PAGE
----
[Focus] Korean unicorns face reality check from US startups poised for IPOs

  • 2020-08-31

With a number of high-profile US startups in line for initial public offerings, investors in South Korean startups may be looking to Wall Street for color on their own valuations.

Snowflake Inc., a US-based software developer, and Palantir Technologies, a US data analytics company, filed for IPOs last week. Home-sharing platform Airbnb also submitted an IPO application this month, as liquidity-driven stock markets are bouncing back from March lows.

In South Korea, games developer Krafton Inc., 13.2% owned by Tencent Holdings’ investment arm, is preparing for an IPO. The startup, behind hit game titles PlayerUnknown’s Battlegrounds (PUBG) and TERA, is poised to become the country’s first unicorn, or a startup valued over $1 billion, to go public.

According to CB Insights, a research company, 10 South Korean companies have achieved unicorn status as of August this year. Online platform operators make up the bulk of them.

Most of them have hardly made any profit yet. But their valuations were marked up by foreign venture capital firms, including Japan’s SoftBank and US-based Sequoia Capital.

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SoftBank’s Vision Fund has poured a combined $3 billion into South Korea’s top e-commerce platform Coupang Corp. since 2015, valuing the loss-making startup at $9 billion.

The estimated value of Coupang outweighs the combined market cap of the country’s top four bricks-and-mortar retailers – E-Mart Inc. at 3.3 trillion won, Lotte Shopping at 2.2 trillion won, Shinsegae Corp. at 2 trillion won and Hyundai Department Store at 1.3 trillion won.

Founded in 2010, Coupang is considering an IPO but has not set out a timeline.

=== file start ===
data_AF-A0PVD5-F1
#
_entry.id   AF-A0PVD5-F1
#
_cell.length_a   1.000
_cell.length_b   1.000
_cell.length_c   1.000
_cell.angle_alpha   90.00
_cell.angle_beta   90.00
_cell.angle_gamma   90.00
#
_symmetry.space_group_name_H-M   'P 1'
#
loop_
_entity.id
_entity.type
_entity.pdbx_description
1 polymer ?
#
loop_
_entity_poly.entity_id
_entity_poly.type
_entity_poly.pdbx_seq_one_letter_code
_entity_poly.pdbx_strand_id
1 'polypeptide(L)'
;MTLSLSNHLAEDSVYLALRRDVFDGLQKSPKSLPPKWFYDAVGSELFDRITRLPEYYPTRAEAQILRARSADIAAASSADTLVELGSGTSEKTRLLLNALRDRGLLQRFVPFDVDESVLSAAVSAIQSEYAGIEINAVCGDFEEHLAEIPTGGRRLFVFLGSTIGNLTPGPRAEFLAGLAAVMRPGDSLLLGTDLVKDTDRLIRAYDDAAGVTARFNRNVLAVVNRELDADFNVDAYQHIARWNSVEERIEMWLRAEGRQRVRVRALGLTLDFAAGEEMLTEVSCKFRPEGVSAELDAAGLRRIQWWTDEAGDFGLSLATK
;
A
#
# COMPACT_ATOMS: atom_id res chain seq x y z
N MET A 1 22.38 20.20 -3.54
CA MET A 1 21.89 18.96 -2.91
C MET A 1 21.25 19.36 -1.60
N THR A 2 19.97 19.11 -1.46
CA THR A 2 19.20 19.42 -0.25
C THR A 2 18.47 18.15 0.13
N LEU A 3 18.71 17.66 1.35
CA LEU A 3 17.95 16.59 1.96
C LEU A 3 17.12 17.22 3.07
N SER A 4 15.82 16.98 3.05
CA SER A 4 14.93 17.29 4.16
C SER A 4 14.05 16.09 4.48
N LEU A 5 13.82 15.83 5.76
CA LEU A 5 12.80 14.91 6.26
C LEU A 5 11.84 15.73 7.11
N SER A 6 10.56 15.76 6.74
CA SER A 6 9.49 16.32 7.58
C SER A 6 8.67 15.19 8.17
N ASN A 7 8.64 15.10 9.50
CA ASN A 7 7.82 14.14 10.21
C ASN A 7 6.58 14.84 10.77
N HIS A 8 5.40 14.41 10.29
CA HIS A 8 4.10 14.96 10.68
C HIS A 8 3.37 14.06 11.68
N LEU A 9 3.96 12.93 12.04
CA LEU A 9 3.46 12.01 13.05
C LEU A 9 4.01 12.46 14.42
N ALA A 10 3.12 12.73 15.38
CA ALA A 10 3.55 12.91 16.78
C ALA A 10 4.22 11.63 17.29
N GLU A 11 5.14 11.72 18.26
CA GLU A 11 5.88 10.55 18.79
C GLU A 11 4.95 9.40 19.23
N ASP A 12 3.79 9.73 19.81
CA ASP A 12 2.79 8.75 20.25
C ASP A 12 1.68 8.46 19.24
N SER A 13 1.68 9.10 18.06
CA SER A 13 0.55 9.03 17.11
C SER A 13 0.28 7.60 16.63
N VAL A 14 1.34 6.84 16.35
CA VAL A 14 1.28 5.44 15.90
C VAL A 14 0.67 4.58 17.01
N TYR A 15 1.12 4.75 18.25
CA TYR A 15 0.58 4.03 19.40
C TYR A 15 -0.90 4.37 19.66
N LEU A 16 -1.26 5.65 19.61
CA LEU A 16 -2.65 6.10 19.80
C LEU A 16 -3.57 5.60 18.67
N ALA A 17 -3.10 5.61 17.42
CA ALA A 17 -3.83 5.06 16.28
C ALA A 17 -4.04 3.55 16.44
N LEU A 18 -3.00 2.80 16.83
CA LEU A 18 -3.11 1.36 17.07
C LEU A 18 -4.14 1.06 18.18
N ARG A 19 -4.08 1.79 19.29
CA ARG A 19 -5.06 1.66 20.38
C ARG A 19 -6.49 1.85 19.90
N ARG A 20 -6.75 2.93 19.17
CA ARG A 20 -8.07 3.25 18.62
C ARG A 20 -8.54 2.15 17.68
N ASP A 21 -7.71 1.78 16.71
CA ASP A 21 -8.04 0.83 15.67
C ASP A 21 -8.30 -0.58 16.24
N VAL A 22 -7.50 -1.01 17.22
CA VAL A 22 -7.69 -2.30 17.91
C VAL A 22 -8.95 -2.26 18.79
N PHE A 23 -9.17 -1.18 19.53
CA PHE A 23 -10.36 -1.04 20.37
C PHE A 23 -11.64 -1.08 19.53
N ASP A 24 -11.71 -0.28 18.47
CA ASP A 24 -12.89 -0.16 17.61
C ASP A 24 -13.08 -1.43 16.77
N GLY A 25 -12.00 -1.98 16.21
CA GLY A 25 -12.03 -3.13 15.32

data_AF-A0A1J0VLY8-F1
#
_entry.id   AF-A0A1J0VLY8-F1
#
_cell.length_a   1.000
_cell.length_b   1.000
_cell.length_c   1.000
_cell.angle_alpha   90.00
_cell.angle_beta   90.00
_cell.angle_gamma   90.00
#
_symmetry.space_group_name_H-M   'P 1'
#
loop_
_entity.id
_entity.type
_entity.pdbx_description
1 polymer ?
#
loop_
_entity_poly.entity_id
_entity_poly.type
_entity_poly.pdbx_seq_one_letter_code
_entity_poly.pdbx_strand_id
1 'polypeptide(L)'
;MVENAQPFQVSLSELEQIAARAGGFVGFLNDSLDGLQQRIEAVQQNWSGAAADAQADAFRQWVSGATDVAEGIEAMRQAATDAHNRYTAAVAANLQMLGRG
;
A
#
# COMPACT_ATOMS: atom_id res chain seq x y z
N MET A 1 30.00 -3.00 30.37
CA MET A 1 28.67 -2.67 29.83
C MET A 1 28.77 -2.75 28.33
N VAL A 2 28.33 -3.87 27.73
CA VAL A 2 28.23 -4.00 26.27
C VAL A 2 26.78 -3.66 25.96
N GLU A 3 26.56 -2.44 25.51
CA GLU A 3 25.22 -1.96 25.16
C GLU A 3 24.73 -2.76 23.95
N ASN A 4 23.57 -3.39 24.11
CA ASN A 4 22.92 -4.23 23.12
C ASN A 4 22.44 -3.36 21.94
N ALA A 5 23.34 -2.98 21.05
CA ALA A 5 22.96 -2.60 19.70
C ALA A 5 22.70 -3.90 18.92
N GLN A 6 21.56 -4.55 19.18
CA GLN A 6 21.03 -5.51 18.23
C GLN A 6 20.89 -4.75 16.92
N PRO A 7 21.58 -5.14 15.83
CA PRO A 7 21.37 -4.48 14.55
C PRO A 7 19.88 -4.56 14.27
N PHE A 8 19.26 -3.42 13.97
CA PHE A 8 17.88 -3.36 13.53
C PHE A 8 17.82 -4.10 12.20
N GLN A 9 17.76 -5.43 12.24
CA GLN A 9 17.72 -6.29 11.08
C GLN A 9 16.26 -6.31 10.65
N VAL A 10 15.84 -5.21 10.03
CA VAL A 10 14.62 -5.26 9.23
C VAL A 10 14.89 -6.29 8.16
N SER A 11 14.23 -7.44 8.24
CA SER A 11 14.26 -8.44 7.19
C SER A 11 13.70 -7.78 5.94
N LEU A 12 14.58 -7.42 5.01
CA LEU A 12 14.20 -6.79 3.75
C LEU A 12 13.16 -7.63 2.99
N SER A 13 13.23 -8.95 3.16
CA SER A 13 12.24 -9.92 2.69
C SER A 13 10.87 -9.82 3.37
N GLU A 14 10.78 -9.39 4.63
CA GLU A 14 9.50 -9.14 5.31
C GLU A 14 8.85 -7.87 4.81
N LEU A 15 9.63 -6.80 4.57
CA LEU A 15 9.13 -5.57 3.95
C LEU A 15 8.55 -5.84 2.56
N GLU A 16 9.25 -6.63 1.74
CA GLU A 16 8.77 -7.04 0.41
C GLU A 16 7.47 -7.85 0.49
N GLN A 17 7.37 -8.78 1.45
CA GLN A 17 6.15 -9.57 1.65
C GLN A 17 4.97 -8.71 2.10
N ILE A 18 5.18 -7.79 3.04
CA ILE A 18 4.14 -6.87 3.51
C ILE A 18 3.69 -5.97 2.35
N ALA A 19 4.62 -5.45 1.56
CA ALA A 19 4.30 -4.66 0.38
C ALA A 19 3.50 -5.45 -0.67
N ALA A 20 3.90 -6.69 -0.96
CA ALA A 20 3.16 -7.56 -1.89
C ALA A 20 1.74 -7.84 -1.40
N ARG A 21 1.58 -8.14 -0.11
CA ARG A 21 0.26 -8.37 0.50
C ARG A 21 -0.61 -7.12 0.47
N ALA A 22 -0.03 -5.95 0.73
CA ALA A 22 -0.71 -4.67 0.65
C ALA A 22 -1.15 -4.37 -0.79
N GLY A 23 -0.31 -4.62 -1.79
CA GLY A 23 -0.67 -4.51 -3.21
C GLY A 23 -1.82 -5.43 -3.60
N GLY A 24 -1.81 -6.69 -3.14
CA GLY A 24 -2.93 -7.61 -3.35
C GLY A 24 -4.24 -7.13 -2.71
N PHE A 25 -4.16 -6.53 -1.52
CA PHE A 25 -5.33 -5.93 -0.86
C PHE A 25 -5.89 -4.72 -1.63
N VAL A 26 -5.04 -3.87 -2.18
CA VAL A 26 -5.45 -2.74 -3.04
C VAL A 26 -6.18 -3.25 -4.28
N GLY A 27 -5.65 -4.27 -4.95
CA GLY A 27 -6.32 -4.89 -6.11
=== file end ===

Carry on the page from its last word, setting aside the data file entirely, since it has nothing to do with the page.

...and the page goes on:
Musinsa Co. Ltd., Korea’s leading online fashion platform, was valued at 2.2 trillion won when it received 200 billion won in investment from Sequoia in November of last year. It is one of the very few Korean unicorns in the black. Its estimated value is the same as the market cap of Lotte Shopping, whose operating profit was nearly 10 times that of Musinsa’s last year.

Despite uncertainty surrounding unicorn companies’ valuations, foreign venture capital firms continued to bid up their value.

On August 28, Korean fintech startup Viva Republic Inc. announced fresh funding of $173 million raised from existing investors, including Sequoia Capital and other foreign venture capital firms.

They valued the operator of the country’s popular digital wallet app Toss at around 3.1 trillion won ($2.6 billion), surpassing its previous valuation of 2.7 trillion won put in December of last year by VC investors.

LITMUS TEST

The US startups’ IPO filings followed blockbuster public offerings by Uber Technologies Inc. and Lyft Inc. last year. The two US ride-service companies, however, have suffered sharp price falls since their listing.

Shares of Uber remain 25% below its IPO price, with Lyft trading at less than half the IPO value. Both companies have yet to turn to the black.

Some venture capitalists have said upcoming public offerings by the US startups would serve as a litmus test for Korean unicorns’ valuations.

“This year and next, startups will face judgement for their high valuations, which were at the center of the controversy during the venture capital boom,” said a Korean venture capital investor working for a global fund.

Sequoia Capital, Goldman Sachs and Singapore’s GIC were among the very few VC firms to see returns from a South Korean investment. They offloaded shares in Woowa Brothers when Germany’s Delivery Hero acquired the country’s top food delivery app operator last year.

Delivery Hero valued Woowa at $4 billion, a 30% premium from the $3 billion valuation set by GIC, Sequoia and China’s Hillhouse Capital in 2018 when they invested $320 million in the startup.

ROAD TO EXIT

But the profitable exit from former Korean unicorn Woowa may not justify the high valuations at other Korean startups, considering unclear exit paths.

South Korea’s secondary market for venture capital remains unfledged with less liquidity than in the US. Korean VC firms are smaller than their US counterparts, depending heavily on state-funded institutions and pension and retirement funds for fundraising. That may mean no bullish bets on loss-making startups.

South Korean conglomerates, potential buyers, are not inclined to pay a premium for a startup that provides no clear timeline for reaching profitability.

The limited pool of buyers may signal a narrow exit road for Korean startups. Further, once the US startups are listed, any share price weakness may cloud the outlook for Korean unicorns.

By Jung-hwan Hwang

jung@hankyung.com

<Edited by Yeonhee Kim>

(Photo: Getty Images Bank)